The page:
Eggs in short sup­ply as S. Korea battles its worst out­break

China Daily (Hong Kong) - - WORLD - By REUTERS in Seoul

Moon Hong-nam, a pas­try chef in Seoul, needs at least 15,000 eggs a day to bake cakes, but af­ter South Korea’s worst out­break of bird flu and a surge in the prices of eggs, he is con­sid­er­ing chang­ing his menu.

“We can ride it out through Christ­mas with what (sup­plies) we have se­cured,” said Moon, who works at the LeSCARGOT bak­ery in the city. “But if (bird flu) con­tin­ues un­til Jan­uary, we will have to raise prices in­evitably and make bak­ery items that do not need eggs.”

About 20 mil­lion birds, nearly a quar­ter of South Korea’s poul­try stock, have been culled to con­trol the out­break. Most of the birds culled are egg-lay­ing hens.

The flu has spread in other parts of Asia as well, par­tic­u­larly in Ja­pan.

In South Korea, the av­er­age re­tail price for 30 eggs has risen nearly 25 per­cent to $5.68 since the out­break be­gan on Nov 18, — the high­est in more than three years.

The price hike is putting a dent in the wal­lets of Kore­ans, who usu­ally eat more eggs in the win­ter, in­clud­ing in bread and kim­bap, a Korean sushi roll.

Feel­ing the sup­ply pinch, Lee Sang-hyup, 55, owner of Jeonju Restau­rant, said he has cut down the amount of fluffy steamed eggs served free with the main dish, spicy braised hair­tail fish.

“If I can’t have enough eggs, then I have no choice but to stop serv­ing it,” said Lee, adding that it was the first time since he started the restau­rant three years ago that he was ra­tioning por­tions of the side dish.

Be­sides the price in­creases, some stores are re­strict­ing egg pur­chases.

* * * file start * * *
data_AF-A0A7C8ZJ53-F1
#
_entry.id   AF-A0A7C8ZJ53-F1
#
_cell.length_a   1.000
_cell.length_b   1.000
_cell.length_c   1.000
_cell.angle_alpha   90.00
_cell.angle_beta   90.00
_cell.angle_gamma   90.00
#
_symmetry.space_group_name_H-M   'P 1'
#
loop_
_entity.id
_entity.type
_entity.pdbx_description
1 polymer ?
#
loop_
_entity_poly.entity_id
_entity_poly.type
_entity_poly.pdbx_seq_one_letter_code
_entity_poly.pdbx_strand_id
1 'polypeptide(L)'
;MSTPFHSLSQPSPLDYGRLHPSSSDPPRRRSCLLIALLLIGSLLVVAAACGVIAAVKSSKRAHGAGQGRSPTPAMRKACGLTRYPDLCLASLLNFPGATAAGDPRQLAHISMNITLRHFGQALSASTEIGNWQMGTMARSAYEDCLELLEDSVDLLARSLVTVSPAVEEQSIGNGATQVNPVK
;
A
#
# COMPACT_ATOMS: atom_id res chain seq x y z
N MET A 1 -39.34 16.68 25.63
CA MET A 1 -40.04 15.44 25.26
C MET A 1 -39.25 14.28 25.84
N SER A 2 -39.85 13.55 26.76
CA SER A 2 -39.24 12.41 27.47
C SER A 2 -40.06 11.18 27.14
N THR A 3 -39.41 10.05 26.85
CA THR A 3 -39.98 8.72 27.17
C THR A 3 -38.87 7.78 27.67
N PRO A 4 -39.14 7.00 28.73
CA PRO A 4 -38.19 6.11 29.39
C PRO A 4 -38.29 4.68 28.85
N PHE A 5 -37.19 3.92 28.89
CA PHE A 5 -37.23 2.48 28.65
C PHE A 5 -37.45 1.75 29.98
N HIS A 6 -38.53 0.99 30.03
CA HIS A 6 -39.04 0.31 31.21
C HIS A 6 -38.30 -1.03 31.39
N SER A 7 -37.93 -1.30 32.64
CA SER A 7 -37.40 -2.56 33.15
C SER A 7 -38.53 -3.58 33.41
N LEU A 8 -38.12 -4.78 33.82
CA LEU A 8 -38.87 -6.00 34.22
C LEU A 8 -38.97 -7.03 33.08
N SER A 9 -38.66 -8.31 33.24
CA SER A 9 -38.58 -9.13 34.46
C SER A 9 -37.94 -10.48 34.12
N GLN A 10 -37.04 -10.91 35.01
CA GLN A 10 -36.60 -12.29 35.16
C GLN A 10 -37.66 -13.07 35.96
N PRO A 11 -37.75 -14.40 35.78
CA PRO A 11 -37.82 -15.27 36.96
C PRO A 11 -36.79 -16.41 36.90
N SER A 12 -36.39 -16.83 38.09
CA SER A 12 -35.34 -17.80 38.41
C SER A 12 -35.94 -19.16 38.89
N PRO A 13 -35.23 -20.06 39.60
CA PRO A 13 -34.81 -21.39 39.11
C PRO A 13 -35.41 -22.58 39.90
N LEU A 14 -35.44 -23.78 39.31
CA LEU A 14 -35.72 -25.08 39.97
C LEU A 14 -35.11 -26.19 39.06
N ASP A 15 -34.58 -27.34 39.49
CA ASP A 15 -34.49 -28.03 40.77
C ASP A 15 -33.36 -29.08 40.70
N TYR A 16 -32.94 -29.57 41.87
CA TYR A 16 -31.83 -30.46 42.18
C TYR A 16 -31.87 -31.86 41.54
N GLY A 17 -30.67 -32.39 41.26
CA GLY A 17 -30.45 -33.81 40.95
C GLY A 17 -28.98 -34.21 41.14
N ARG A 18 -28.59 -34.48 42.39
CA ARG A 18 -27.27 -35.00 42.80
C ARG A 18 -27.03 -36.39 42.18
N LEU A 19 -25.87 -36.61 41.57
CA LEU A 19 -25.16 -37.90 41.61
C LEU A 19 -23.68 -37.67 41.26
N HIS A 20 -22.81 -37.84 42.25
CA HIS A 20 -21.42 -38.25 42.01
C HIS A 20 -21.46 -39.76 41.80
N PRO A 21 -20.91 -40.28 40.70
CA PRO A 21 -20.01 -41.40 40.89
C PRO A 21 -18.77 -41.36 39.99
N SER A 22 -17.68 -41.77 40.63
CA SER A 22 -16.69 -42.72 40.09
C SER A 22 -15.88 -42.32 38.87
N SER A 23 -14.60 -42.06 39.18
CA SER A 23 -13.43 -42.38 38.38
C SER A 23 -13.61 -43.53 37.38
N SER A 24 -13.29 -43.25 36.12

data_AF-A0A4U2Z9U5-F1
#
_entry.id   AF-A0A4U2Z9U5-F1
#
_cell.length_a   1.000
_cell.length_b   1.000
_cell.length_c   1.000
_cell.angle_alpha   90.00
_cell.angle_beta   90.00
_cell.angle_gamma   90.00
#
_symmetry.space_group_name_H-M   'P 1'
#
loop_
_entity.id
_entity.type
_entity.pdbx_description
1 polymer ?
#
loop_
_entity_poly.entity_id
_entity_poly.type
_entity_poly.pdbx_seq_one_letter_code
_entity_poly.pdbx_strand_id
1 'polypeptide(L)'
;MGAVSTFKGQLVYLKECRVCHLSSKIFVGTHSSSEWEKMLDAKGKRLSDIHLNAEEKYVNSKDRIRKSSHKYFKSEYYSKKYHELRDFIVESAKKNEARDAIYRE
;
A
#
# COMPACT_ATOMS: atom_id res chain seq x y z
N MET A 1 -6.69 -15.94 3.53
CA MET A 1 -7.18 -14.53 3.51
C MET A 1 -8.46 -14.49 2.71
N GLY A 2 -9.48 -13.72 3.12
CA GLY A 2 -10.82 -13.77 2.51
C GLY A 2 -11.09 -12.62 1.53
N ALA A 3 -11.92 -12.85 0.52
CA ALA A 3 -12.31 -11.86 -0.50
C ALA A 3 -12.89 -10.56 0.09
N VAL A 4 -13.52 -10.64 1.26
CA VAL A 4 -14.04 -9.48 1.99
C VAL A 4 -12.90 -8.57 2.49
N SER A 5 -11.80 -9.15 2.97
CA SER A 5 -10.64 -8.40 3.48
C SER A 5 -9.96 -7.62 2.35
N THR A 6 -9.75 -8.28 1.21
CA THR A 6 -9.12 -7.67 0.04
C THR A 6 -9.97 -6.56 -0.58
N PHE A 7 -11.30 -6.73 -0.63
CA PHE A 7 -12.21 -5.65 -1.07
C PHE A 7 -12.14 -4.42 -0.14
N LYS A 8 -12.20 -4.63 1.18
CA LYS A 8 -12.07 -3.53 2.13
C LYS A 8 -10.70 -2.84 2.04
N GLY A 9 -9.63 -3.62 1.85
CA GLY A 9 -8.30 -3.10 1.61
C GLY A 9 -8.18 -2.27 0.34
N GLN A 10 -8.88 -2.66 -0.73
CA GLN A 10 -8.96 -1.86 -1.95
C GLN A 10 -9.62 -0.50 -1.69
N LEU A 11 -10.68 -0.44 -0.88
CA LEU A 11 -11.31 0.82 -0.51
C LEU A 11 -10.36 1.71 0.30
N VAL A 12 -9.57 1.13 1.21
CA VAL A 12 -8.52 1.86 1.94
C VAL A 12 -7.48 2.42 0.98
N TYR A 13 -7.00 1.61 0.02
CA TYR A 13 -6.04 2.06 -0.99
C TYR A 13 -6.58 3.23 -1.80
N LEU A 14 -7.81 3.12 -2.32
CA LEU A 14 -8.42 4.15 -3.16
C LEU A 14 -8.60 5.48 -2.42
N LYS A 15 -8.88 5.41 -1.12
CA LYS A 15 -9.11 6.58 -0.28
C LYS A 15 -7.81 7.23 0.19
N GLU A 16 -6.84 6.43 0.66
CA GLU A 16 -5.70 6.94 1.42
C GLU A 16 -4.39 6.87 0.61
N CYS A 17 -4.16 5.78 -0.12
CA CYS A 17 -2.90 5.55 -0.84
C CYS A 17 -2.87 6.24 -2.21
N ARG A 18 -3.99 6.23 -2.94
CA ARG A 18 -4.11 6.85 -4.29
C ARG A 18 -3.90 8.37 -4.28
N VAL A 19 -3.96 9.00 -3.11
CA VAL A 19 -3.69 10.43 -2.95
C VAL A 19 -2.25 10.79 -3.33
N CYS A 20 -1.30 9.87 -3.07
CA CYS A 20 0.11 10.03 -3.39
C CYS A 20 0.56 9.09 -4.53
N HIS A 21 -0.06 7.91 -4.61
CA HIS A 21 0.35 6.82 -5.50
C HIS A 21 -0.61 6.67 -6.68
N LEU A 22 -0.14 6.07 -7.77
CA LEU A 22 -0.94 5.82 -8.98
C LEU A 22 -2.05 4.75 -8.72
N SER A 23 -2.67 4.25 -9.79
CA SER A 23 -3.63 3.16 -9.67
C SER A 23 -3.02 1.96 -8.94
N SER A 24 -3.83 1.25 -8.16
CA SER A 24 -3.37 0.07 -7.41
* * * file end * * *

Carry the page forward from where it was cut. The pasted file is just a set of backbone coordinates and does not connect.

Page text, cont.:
To ease the short­age, South Korea’s Agri­cul­ture Min­istry is seek­ing to im­port egg-lay­ing chick­ens and eggs from the United States, Spain and New Zealand.

An­a­lysts said the egg short­age was ex­pected to last at least one year as it could take up to two years for egg and poul­try in­dus­try to raise baby chick­ens and re­build flocks.

Chicken sales

Al­though egg con­sump­tion is likely to be steady de­spite the higher prices, the bird flu has cut into sales of chicken meat.

Chicken sales had dropped 25 per­cent since the bird flu out­break, while pork sales jumped about 30 per­cent.

Other ma­jor dis­count stores also saw a drop in chicken sales de­spite dis­counts. Chicken sales at E-Mart fell 15.4 per­cent in the first 15 days of De­cem­ber from a year ear­lier, whereas im­ported pork sales surged about 85 per­cent dur­ing the same pe­riod, ac­cord­ing to E-Mart data.

Kim Dong-jin, man­ager at Korea Poul­try As­so­ci­a­tion, said the re­cent bird flu out­break poses a se­ri­ous threat to the poul­try in­dus­try as it could lose mar­ket share to im­ported chicken meat from Brazil and the United States, while it can’t sup­ply enough eggs.

“(Korean poul­try farm­ers) are in a double whammy sit­u­a­tion,” said Kim.

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